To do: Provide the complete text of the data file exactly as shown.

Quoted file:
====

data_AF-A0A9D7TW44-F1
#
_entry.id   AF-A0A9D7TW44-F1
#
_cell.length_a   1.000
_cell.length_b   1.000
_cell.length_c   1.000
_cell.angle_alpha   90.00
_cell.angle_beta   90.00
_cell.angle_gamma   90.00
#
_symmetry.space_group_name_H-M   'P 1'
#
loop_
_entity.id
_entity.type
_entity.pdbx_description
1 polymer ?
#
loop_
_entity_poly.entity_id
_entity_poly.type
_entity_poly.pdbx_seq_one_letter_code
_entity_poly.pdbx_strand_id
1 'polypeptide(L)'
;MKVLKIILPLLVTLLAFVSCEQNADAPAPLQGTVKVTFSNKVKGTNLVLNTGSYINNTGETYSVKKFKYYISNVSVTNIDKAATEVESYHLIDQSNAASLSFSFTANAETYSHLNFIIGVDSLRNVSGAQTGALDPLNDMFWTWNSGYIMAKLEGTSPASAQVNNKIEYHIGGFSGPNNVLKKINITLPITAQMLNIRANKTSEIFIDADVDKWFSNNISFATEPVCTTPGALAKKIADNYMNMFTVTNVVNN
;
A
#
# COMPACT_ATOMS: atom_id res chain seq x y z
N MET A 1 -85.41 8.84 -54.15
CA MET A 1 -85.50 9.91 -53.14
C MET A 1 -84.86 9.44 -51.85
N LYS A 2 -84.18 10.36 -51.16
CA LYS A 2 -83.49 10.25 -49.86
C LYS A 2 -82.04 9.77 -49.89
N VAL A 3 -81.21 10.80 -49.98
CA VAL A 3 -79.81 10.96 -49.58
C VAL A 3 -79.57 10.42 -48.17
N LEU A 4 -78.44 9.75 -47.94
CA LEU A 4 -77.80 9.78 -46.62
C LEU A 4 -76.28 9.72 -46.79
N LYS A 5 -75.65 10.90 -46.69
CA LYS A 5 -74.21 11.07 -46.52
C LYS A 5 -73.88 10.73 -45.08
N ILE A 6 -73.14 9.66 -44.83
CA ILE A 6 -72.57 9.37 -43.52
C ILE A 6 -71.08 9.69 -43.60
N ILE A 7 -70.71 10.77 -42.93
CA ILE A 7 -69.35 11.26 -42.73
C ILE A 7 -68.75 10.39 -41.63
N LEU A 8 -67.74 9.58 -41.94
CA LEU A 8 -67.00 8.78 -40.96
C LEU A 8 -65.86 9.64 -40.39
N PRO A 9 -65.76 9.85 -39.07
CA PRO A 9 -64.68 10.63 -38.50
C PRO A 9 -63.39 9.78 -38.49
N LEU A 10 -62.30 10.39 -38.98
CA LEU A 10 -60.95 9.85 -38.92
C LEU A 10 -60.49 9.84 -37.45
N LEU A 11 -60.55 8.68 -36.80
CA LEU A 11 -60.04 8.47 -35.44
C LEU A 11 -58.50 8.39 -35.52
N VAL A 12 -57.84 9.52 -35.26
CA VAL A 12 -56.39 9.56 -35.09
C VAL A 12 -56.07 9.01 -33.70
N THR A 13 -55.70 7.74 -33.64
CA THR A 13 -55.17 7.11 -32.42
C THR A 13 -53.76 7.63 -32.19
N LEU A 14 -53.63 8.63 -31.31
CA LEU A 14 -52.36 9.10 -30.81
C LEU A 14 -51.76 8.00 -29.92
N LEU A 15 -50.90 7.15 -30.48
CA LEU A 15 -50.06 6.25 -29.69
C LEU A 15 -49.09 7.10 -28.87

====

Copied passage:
data_AF-A0A9D7TW44-F1
#
_entry.id   AF-A0A9D7TW44-F1
#
_cell.length_a   1.000
_cell.length_b   1.000
_cell.length_c   1.000
_cell.angle_alpha   90.00
_cell.angle_beta   90.00
_cell.angle_gamma   90.00
#
_symmetry.space_group_name_H-M   'P 1'
#
loop_
_entity.id
_entity.type
_entity.pdbx_description
1 polymer ?
#
loop_
_entity_poly.entity_id
_entity_poly.type
_entity_poly.pdbx_seq_one_letter_code
_entity_poly.pdbx_strand_id
1 'polypeptide(L)'
;MKVLKIILPLLVTLLAFVSCEQNADAPAPLQGTVKVTFSNKVKGTNLVLNTGSYINNTGETYSVKKFKYYISNVSVTNIDKAATEVESYHLIDQSNAASLSFSFTANAETYSHLNFIIGVDSLRNVSGAQTGALDPLNDMFWTWNSGYIMAKLEGTSPASAQVNNKIEYHIGGFSGPNNVLKKINITLPITAQMLNIRANKTSEIFIDADVDKWFSNNISFATEPVCTTPGALAKKIADNYMNMFTVTNVVNN
;
A
#
# COMPACT_ATOMS: atom_id res chain seq x y z
N MET A 1 -85.41 8.84 -54.15
CA MET A 1 -85.50 9.91 -53.14
C MET A 1 -84.86 9.44 -51.85
N LYS A 2 -84.18 10.36 -51.16
CA LYS A 2 -83.49 10.25 -49.86
C LYS A 2 -82.04 9.77 -49.89
N VAL A 3 -81.21 10.80 -49.98
CA VAL A 3 -79.81 10.96 -49.58
C VAL A 3 -79.57 10.42 -48.17
N LEU A 4 -78.44 9.75 -47.94
CA LEU A 4 -77.80 9.78 -46.62
C LEU A 4 -76.28 9.72 -46.79
N LYS A 5 -75.65 10.90 -46.69
CA LYS A 5 -74.21 11.07 -46.52
C LYS A 5 -73.88 10.73 -45.08
N ILE A 6 -73.14 9.66 -44.83
CA ILE A 6 -72.57 9.37 -43.52
C ILE A 6 -71.08 9.69 -43.60
N ILE A 7 -70.71 10.77 -42.93
CA ILE A 7 -69.35 11.26 -42.73
C ILE A 7 -68.75 10.39 -41.63
N LEU A 8 -67.74 9.58 -41.94
CA LEU A 8 -67.00 8.78 -40.96
C LEU A 8 -65.86 9.64 -40.39
N PRO A 9 -65.76 9.85 -39.07
CA PRO A 9 -64.68 10.63 -38.50
C PRO A 9 -63.39 9.78 -38.49
N LEU A 10 -62.30 10.39 -38.98
CA LEU A 10 -60.95 9.85 -38.92
C LEU A 10 -60.49 9.84 -37.45
N LEU A 11 -60.55 8.68 -36.80
CA LEU A 11 -60.04 8.47 -35.44
C LEU A 11 -58.50 8.39 -35.52
N VAL A 12 -57.84 9.52 -35.26
CA VAL A 12 -56.39 9.56 -35.09
C VAL A 12 -56.07 9.01 -33.70
N THR A 13 -55.70 7.74 -33.64
CA THR A 13 -55.17 7.11 -32.42
C THR A 13 -53.76 7.63 -32.19
N LEU A 14 -53.63 8.63 -31.31
CA LEU A 14 -52.36 9.10 -30.81
C LEU A 14 -51.76 8.00 -29.92
N LEU A 15 -50.90 7.15 -30.48
CA LEU A 15 -50.06 6.25 -29.69
C LEU A 15 -49.09 7.10 -28.87